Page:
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Explorations in Digital Nudging for Online Food Choices

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Abstract

People increasingly seek for inspiration and make food choices using online recipe sites. Since the most popular recipes are often not the healthiest ones, the goal of our research is to nudge users towards healthier choices. Existing literature shows that digital nudging can be effective in this domain, but it often remains open if the observed effects are due to the specific way the nudge is implemented. In our research in progress, we examine the effectiveness of different nudges through user studies (N=225). Our results indicate that (a) not all types of popular nudges like setting defaults are necessarily effective, (b) that a hybrid nudge that in addition leverages social information is effective across food categories and (c) that considering ingredient information when nudging is promising to influence user decisions. Our results imply that various implementation alternatives should be explored to maximize the effects of digital nudging.

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... Third, we investigate the effects of a hybrid digital nudging concept (DNC) combining social norms and anchoring cues. Unlike Ingendahl et al. [22] as well as Jesse & Jannach [23] who investigated a combination of default and social norms cues, this is a novel investigation into the effects of two DNCs that have not yet been jointly investigated. By deliberately assessing two diverse DNCs, namely one that has been proven to be rather effective (i.e., anchoring [24,25]) and one that is presumed to be less influential (i.e., social norms [16,26]) in a low-involvement context, we opt to improve the understanding of interaction effects across different DNCs in this domain. ...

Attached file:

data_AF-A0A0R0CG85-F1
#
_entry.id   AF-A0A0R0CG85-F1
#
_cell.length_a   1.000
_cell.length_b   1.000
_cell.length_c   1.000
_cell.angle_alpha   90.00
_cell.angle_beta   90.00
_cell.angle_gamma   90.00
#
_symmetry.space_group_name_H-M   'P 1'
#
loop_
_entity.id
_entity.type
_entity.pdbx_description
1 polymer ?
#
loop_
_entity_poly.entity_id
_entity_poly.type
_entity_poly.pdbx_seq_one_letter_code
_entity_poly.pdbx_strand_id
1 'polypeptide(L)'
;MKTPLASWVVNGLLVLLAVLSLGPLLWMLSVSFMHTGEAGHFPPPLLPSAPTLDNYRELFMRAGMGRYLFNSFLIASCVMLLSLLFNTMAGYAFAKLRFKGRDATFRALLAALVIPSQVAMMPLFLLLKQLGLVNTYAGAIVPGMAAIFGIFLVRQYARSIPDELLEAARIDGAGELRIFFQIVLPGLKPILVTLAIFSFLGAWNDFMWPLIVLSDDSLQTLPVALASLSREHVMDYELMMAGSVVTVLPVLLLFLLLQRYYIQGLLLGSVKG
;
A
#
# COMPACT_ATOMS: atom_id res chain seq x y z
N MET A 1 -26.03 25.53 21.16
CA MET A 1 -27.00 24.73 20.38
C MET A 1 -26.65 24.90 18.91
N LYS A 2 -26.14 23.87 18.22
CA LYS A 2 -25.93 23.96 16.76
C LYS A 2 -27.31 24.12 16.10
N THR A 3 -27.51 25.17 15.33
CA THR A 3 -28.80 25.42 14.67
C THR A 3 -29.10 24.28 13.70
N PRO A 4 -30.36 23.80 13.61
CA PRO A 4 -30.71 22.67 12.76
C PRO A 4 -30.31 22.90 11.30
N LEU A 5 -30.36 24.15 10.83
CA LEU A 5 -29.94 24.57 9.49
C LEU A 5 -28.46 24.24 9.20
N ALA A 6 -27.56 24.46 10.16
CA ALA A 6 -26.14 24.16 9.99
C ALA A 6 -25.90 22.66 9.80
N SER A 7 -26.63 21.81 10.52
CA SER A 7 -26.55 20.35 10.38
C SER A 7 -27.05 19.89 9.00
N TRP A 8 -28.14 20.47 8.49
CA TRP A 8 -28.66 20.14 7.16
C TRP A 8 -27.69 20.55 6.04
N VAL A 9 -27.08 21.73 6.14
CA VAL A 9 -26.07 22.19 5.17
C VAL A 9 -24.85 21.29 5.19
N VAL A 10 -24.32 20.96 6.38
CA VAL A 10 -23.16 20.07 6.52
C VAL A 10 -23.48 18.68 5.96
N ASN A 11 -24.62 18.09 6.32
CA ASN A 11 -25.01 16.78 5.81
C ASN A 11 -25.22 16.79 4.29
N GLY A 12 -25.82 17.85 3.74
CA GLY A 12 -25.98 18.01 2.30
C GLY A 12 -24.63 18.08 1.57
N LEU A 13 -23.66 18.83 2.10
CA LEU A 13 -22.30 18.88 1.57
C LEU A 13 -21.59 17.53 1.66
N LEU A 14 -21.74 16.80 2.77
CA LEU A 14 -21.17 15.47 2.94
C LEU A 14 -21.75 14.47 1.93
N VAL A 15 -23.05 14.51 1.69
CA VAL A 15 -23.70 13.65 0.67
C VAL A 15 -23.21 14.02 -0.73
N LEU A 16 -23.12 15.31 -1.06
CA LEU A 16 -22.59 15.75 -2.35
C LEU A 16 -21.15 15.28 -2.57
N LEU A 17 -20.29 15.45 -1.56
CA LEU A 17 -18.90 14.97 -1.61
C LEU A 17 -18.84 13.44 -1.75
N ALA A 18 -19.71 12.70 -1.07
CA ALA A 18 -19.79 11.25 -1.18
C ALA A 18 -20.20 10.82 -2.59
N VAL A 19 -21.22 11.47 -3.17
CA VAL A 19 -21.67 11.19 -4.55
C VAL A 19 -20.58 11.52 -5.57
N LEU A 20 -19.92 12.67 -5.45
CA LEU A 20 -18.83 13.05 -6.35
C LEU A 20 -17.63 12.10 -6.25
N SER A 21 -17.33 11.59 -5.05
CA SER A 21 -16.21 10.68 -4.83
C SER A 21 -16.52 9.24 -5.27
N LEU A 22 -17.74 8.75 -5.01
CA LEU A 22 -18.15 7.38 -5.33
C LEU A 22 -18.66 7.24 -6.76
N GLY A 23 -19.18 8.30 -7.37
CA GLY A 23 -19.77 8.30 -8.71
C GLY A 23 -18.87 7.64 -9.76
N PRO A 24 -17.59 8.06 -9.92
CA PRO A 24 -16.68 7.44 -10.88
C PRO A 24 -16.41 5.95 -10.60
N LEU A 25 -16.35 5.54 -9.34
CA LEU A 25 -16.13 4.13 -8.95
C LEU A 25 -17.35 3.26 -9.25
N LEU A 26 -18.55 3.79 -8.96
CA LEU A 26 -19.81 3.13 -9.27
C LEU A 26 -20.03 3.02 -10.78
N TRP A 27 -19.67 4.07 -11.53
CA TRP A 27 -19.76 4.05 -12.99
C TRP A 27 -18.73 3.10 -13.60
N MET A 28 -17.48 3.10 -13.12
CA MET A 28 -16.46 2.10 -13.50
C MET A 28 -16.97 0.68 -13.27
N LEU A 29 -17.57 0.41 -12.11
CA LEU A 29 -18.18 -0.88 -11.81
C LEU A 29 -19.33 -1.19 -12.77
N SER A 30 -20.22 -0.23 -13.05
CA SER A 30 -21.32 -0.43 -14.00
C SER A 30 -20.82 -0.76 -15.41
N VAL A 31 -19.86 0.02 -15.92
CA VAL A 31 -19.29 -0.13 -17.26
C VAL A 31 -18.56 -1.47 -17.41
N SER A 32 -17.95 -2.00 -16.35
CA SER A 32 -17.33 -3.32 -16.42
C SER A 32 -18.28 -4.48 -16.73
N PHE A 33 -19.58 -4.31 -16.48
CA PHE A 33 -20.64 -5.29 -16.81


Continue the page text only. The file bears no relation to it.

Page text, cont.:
... Zimmerman & Renaud investigated a range of nudges containing social norms, feedback and informative nudge elements as well as a combination of nudges (i.e., "hybrid nudge") in a cybersecurity context, finding hybrid cues more effective than single cues [40]. Concerning e-grocery in particular, Ingendahl et al. as well as Jesse & Jannach investigated the effects of combining social norms and default cues, proving hybrid nudges to be highly effective compared to single nudges [22,23]. By investigating a hybrid nudge containing social norms and anchoring cues, we opt to expand the knowledge-base on combinatory digital nudging effects for DNCs that have not yet been jointly investigated. ...
... Therefore, our study is limited to the individual design peculiarities of our digital nudging cues. Also, we cannot rule out that salience effects did influence the individual effectiveness of the DNEs [23]. Furthermore, we chose to exclusively investigate low-involvement grocery products in this study to decrease the effects of branding affinity. ...
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